Remodeling Your Kitchen – An Order Of Steps
Are you just getting started with a kitchen remodel? This can be a daunting task and can be kind of overwhelming if you’ve never done it before.
I’m in the middle of a kitchen remodel with a client and I thought it would be the perfect time to share the entire process. Your kitchen remodel won’t be exactly the same, but the essential steps you take are the same for everyone. The steps you take will depend on the extent of your remodel. It’s different if you just replace countertops and backsplash vs. changing the footprint of your kitchen.
This kitchen remodel checklist is meant for the home owner who is doing a remodel that involves new kitchen cabinets, appliances, countertops and floor. It doesn’t have detail for those who are doing a major remodel involving tearing down walls and moving or changing their layout completely. Changing the floor plan is a major renovation and can be the one thing that really adds to the expense of a kitchen remodel.
These steps will give you a guide for what to expect and when as you go through your kitchen update.
phase 1 – planning for remodeling projects
step 1 – get inspired
It’s important to know your design style before you begin. You might not like every aspect of your kitchen inspiration photo, but find an image or two (not 50) that represent how you want your new space to look in the end. This is ours from IKEA.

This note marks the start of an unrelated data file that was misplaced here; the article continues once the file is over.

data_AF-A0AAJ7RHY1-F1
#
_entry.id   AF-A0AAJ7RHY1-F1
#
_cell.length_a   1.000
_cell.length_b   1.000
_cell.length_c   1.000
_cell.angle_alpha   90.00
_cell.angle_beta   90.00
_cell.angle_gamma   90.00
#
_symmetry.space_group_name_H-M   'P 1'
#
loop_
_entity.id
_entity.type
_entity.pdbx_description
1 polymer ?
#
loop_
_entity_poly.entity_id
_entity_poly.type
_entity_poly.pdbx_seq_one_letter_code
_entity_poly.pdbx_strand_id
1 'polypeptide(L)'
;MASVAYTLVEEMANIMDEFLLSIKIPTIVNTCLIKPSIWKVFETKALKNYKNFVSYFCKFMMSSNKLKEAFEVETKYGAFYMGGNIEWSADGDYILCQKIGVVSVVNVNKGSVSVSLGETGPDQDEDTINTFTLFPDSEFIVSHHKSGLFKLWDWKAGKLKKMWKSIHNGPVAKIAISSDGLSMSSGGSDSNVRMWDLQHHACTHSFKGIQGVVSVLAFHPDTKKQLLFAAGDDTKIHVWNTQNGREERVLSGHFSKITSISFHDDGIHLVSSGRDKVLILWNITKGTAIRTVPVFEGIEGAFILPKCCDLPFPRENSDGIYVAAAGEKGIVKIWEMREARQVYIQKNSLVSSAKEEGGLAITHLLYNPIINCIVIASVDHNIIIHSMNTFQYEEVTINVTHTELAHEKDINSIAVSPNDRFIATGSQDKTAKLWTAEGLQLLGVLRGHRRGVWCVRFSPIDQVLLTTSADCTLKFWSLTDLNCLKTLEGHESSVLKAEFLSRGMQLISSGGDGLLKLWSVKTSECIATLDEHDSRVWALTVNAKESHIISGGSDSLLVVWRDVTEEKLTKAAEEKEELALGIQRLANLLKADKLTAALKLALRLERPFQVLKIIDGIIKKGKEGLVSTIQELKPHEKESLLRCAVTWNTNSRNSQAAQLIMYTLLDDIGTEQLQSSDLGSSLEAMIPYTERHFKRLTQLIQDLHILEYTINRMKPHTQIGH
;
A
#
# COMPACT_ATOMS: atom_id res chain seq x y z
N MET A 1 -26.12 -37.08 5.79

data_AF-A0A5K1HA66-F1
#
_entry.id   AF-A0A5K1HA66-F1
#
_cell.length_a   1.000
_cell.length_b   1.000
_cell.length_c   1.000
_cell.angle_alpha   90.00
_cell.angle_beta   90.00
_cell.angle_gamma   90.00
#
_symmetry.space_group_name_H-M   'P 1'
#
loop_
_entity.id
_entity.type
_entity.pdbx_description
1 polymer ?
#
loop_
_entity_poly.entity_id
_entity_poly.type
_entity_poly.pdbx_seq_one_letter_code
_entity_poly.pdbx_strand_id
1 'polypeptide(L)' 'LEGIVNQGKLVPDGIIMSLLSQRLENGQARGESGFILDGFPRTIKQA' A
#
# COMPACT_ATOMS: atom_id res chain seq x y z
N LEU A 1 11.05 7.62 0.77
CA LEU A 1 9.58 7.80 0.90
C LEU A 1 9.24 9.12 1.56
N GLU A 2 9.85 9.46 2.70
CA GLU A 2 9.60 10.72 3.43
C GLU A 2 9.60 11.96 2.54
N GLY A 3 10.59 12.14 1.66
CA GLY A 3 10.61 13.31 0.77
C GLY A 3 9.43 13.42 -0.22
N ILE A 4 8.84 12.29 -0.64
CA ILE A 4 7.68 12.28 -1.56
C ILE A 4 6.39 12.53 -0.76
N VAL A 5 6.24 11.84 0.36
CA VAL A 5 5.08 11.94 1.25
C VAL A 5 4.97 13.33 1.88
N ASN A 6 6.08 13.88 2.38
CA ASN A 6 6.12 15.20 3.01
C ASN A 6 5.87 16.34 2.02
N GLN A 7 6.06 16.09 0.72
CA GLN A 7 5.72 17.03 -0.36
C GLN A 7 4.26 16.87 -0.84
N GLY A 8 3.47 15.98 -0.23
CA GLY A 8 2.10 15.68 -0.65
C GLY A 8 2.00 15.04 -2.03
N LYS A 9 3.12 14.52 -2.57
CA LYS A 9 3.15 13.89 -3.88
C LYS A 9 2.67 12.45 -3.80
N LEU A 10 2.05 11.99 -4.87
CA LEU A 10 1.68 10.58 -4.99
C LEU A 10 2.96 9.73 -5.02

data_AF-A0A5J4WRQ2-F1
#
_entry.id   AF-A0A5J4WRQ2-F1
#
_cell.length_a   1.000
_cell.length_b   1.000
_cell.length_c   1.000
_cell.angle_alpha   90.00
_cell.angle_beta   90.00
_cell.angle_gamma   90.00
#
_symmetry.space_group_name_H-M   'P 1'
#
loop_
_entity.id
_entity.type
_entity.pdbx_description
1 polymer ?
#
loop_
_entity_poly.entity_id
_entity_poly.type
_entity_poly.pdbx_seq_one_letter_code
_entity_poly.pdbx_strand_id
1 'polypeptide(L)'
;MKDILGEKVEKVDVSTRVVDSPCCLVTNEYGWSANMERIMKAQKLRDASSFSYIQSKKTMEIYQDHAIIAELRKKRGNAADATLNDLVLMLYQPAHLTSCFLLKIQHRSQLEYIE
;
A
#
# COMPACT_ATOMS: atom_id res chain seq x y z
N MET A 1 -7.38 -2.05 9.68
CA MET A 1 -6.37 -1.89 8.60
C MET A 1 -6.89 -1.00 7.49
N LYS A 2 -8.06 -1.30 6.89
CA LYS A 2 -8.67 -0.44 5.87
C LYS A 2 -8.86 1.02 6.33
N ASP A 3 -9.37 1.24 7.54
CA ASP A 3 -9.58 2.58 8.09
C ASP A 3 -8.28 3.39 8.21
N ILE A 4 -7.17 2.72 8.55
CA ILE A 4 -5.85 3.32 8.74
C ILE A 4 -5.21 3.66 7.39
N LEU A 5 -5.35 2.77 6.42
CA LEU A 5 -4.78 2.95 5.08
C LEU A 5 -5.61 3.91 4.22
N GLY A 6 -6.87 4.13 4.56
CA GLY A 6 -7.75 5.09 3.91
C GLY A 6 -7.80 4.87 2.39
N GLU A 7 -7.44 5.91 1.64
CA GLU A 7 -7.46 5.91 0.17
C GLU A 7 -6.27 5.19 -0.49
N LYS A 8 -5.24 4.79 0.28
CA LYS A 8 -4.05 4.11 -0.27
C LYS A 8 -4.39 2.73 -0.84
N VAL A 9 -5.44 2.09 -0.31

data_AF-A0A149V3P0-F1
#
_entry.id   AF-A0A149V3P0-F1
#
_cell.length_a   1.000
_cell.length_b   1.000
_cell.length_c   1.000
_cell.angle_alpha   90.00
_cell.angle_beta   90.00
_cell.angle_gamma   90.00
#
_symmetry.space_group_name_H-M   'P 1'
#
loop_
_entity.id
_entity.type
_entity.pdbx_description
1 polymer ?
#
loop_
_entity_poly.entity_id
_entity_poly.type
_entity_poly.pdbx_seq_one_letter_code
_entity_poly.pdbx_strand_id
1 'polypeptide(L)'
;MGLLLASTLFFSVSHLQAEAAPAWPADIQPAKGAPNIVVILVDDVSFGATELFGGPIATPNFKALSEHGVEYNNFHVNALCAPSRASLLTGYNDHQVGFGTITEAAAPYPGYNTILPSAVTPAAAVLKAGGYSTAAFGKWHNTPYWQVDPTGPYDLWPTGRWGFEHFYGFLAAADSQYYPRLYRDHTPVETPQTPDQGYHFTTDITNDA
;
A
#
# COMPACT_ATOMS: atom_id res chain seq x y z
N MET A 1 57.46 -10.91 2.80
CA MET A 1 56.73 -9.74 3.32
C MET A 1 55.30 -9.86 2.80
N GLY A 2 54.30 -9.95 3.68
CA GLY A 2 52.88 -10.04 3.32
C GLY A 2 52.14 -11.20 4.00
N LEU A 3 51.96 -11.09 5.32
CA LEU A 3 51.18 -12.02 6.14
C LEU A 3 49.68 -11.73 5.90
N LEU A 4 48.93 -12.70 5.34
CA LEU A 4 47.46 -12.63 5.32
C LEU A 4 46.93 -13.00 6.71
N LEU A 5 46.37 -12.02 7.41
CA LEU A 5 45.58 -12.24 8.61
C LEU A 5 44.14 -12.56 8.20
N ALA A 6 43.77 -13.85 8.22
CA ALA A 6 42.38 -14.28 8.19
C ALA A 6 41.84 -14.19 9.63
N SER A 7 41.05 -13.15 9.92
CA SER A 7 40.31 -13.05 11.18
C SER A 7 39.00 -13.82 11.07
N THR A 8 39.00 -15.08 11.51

This photo helps us narrow down that we are going for a simple, modern kitchen with white cabinets, a light countertop and brass fixtures and hardware.
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Step 2 – Measure your kitchen area
A remodeling project can’t begin until you know exactly the space that you have to work with. When you measure be sure to be exact and measure everything. Measure the width of each appliance. Measure your windows and door openings. As a general rule, measuring more is better.
I like to sketch it out so I can have it to refer back to when I’m out shopping. Here’s an example of my sketch.
Step 3 – Prioritize Your Wants List
Unfortunately most of us have a budget that we are trying to stay within. When we get started planning our new kitchen we tend to have a wish list that may include more than our realistic budget will allow. It’s a good idea to write these down on a piece of paper and then prioritize them so you can make sure the things that you REALLY want are in the budget.
You can download my kitchen planning priority checklist here for a starting point.
Step 4 – Meet with your Contractor